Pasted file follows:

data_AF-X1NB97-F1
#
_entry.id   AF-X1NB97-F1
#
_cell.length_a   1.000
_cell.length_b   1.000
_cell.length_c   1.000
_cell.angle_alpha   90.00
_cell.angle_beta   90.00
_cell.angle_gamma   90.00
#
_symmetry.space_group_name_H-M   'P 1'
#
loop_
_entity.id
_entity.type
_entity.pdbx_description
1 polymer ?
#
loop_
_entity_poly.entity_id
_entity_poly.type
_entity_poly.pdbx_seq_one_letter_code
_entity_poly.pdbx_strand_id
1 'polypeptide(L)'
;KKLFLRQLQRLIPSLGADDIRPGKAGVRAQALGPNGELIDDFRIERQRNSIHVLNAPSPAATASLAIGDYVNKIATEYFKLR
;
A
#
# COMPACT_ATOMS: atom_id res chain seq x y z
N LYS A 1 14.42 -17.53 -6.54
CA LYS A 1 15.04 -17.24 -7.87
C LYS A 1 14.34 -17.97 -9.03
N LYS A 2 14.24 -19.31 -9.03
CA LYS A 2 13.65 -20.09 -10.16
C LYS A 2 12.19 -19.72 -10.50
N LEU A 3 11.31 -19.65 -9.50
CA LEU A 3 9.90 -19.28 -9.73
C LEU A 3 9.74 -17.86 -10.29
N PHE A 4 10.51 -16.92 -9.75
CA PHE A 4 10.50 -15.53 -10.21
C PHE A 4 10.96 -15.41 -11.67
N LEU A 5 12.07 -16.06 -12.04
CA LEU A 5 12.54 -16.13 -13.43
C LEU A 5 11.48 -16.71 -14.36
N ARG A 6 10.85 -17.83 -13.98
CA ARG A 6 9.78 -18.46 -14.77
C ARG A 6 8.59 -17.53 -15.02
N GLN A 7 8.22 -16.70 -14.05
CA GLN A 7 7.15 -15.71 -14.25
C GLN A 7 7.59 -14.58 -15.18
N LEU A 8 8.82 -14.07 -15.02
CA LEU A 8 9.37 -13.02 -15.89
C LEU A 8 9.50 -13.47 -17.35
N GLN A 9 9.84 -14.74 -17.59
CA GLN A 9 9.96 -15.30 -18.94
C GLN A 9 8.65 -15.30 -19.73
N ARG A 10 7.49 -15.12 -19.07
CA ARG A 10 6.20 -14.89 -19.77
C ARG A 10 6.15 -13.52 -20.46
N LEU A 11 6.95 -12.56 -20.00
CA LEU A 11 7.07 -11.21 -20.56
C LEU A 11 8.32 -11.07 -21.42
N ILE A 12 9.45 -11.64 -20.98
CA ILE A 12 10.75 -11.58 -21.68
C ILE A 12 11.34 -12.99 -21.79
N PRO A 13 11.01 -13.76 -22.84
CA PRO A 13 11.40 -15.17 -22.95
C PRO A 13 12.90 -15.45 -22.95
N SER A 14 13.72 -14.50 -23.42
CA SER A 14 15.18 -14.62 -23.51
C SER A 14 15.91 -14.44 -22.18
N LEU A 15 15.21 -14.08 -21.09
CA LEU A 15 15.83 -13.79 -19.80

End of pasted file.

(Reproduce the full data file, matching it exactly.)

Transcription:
data_AF-X1NB97-F1
#
_entry.id   AF-X1NB97-F1
#
_cell.length_a   1.000
_cell.length_b   1.000
_cell.length_c   1.000
_cell.angle_alpha   90.00
_cell.angle_beta   90.00
_cell.angle_gamma   90.00
#
_symmetry.space_group_name_H-M   'P 1'
#
loop_
_entity.id
_entity.type
_entity.pdbx_description
1 polymer ?
#
loop_
_entity_poly.entity_id
_entity_poly.type
_entity_poly.pdbx_seq_one_letter_code
_entity_poly.pdbx_strand_id
1 'polypeptide(L)'
;KKLFLRQLQRLIPSLGADDIRPGKAGVRAQALGPNGELIDDFRIERQRNSIHVLNAPSPAATASLAIGDYVNKIATEYFKLR
;
A
#
# COMPACT_ATOMS: atom_id res chain seq x y z
N LYS A 1 14.42 -17.53 -6.54
CA LYS A 1 15.04 -17.24 -7.87
C LYS A 1 14.34 -17.97 -9.03
N LYS A 2 14.24 -19.31 -9.03
CA LYS A 2 13.65 -20.09 -10.16
C LYS A 2 12.19 -19.72 -10.50
N LEU A 3 11.31 -19.65 -9.50
CA LEU A 3 9.90 -19.28 -9.73
C LEU A 3 9.74 -17.86 -10.29
N PHE A 4 10.51 -16.92 -9.75
CA PHE A 4 10.50 -15.53 -10.21
C PHE A 4 10.96 -15.41 -11.67
N LEU A 5 12.07 -16.06 -12.04
CA LEU A 5 12.54 -16.13 -13.43
C LEU A 5 11.48 -16.71 -14.36
N ARG A 6 10.85 -17.83 -13.98
CA ARG A 6 9.78 -18.46 -14.77
C ARG A 6 8.59 -17.53 -15.02
N GLN A 7 8.22 -16.70 -14.05
CA GLN A 7 7.15 -15.71 -14.25
C GLN A 7 7.59 -14.58 -15.18
N LEU A 8 8.82 -14.07 -15.02
CA LEU A 8 9.37 -13.02 -15.89
C LEU A 8 9.50 -13.47 -17.35
N GLN A 9 9.84 -14.74 -17.59
CA GLN A 9 9.96 -15.30 -18.94
C GLN A 9 8.65 -15.30 -19.73
N ARG A 10 7.49 -15.12 -19.07
CA ARG A 10 6.20 -14.89 -19.77
C ARG A 10 6.15 -13.52 -20.46
N LEU A 11 6.95 -12.56 -20.00
CA LEU A 11 7.07 -11.21 -20.56
C LEU A 11 8.32 -11.07 -21.42
N ILE A 12 9.45 -11.64 -20.98
CA ILE A 12 10.75 -11.58 -21.68
C ILE A 12 11.34 -12.99 -21.79
N PRO A 13 11.01 -13.76 -22.84
CA PRO A 13 11.40 -15.17 -22.95
C PRO A 13 12.90 -15.45 -22.95
N SER A 14 13.72 -14.50 -23.42
CA SER A 14 15.18 -14.62 -23.51
C SER A 14 15.91 -14.44 -22.18
N LEU A 15 15.21 -14.08 -21.09
CA LEU A 15 15.83 -13.79 -19.80